May 3, 1792 Request for Rifles Henry Knox General Edward Hand Request for as many good quality rifles as Hand can provide, not to exceed 1,200.
August 14, 1793 No Answer from the Indians Has Arrived Benjamin Lincoln Colonel Alexander McKee Commissioners Lincoln, Randolph, and Pickering express their disappointment that they have yet to receive an answer from the deputation of Indian Nations in response to the Commissioners' speech at the rapids of the Miami. They request McKee's assistance in prodding the Indians to produce an answer.
May 22, 1793 Answer of W. Payne to James Seagrove Chief of Simanola Tribe of Creeks [Seminoles] W. Payne James Seagrove Payne tells Seagrove that the has heard his talk; cannot answer all on this day. Will answer next day after consulting his people. Says that his Indians don't know so much as the white people. Has been here [Colerain] for some days. White people have used us like brothers. Will give a talk tomorrow.
May 24, 1796 Sailing of the Vessel that Takes the Forge Nathan Jones Samuel Hodgdon The Secretary of War notes that Hodgdon's letter will answer whether the vessel transporting the forge will sail on Thursday or Friday.
January 29, 1796 Answer on Petitioners Timothy Pickering William Simmons Requests opinion on whether or not petitioners have right to complain.
July 9, 1793 Answer of the Commissioners to Captain Brandt's Speech Benjamin Lincoln Joseph Brandt Answer of the Commisioners of the United States to the speech delivered yesterday by Captain Brandt in behalf of the Western Indians.
December 27, 1794 William Pinckney presents his compliments to the new Secretary of War William Pinckney Thomas Pickering Pinckney says that he forwarded letters to Mr. Anderson and Doctor Pollard [?] and encloses a letter from the latter but has not received an answer from Anderson.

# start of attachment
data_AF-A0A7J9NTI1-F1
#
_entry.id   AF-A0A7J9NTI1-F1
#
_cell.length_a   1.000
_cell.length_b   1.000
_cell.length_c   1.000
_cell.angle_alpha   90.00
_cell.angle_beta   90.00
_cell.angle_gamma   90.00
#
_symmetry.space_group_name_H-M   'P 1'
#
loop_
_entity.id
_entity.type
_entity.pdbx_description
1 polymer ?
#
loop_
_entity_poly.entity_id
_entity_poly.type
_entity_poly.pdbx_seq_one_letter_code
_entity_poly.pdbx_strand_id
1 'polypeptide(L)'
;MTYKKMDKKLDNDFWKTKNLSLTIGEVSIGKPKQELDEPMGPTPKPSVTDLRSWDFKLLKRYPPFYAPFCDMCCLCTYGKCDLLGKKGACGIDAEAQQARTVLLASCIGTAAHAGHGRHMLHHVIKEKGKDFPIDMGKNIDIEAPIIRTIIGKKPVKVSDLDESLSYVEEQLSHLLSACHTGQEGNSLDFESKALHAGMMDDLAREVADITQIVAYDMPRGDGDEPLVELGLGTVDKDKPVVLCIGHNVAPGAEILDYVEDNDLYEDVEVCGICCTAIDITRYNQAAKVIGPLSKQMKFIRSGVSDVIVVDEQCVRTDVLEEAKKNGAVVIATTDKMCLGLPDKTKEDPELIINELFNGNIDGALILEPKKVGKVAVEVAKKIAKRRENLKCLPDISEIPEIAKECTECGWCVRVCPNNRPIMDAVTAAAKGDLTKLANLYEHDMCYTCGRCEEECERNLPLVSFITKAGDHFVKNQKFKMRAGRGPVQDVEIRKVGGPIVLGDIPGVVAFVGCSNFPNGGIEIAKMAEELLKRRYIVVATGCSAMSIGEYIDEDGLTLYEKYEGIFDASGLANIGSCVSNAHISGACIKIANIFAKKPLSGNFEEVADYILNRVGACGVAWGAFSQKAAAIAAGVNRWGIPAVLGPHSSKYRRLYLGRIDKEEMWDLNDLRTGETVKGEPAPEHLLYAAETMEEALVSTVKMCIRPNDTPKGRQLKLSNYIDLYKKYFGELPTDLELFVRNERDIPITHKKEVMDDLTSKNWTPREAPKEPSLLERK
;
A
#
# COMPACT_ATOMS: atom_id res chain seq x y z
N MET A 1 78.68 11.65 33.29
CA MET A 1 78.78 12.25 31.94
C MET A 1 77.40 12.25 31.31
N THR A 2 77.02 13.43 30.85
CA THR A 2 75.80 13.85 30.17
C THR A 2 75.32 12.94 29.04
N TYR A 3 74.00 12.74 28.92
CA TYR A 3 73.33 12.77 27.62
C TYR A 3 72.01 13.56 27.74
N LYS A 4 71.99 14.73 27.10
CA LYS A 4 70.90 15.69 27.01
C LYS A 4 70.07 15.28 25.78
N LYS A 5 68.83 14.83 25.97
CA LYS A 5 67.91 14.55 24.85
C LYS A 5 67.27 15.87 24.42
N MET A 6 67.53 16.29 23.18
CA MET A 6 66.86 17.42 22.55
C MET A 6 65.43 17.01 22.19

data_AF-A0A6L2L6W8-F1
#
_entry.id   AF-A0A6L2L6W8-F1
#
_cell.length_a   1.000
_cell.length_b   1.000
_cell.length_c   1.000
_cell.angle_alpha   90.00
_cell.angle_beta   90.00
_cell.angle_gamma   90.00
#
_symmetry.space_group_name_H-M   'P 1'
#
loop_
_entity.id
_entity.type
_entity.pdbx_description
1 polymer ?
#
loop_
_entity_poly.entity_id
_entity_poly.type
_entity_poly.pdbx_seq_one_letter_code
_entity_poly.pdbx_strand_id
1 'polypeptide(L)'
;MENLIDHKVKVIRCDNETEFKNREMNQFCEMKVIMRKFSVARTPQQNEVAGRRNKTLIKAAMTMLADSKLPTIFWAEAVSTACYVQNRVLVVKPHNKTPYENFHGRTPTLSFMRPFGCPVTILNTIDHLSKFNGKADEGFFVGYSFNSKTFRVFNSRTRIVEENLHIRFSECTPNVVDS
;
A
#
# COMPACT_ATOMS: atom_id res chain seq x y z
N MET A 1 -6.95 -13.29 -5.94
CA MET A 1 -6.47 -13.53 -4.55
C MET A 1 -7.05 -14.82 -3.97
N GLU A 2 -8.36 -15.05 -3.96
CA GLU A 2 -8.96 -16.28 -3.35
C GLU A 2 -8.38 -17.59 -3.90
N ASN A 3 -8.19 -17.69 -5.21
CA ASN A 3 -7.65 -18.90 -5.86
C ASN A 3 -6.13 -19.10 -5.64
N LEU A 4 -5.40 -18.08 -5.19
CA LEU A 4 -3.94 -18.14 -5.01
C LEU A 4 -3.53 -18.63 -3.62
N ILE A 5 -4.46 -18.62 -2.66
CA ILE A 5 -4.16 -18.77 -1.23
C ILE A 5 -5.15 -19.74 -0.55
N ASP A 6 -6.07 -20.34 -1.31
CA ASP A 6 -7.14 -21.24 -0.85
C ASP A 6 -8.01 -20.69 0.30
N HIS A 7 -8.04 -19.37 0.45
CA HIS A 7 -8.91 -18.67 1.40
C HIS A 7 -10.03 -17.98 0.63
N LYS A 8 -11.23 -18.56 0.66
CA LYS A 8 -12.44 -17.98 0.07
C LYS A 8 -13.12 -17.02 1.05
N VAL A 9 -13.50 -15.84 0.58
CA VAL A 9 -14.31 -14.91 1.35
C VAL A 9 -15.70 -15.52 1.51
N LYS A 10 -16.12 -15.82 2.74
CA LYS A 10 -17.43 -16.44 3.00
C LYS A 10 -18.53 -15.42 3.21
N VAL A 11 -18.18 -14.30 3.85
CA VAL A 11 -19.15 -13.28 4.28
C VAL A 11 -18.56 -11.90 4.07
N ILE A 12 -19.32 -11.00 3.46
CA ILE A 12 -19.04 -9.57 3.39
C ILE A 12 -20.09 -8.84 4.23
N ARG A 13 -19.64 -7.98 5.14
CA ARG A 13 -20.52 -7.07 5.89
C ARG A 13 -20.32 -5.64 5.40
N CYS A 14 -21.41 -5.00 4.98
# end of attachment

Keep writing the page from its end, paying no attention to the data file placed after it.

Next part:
August 18, 1795 My Situation Is Become More Presssing John Vermonnet William Simmons Vermonnet laments that he has yet to receive orders from the Secretary of War nor has he received an answer from Simmons on account of his salary. Since his situation has become even more pressing, he requests a prompt reply relative to this important matter.
May 17, 1792 Desire for promotion William Hull Henry Knox Colonel Hull discusses the offer of Brigadier's commission. General Brooks has declined accepting Brigadier commission. Will reply at next post.
May 3, 1792 Knox replies to the inquiries of Brooks regarding promotion Henry Knox John Brooks Letter, discusses terms of commission to Brigadier General.
March 13, 1795 Answer Regarding Payment Timothy Pickering Harry Innes Presidential consideration of letter from James Smiley yields opinion that scouts should be paid by paymaster. Mr. Howell's answer to Mr. Smiley was improper.
January 4, 1791 Prospects of Continuation in Office, Etc. James Livingston Alexander Hamilton Along with an assessment of Congressional matters, Livingston asks about his prospects of continuing in the office of Deputy Superintendent of Indian Affairs.
April 28, 1791 A Subject of Considerable Import Henry Knox George Clinton Having received no response to an earlier letter of considerable import, Knox assumes that it was miscarried and sends now a copy and requests an answer from Governor Clinton as soon as possible.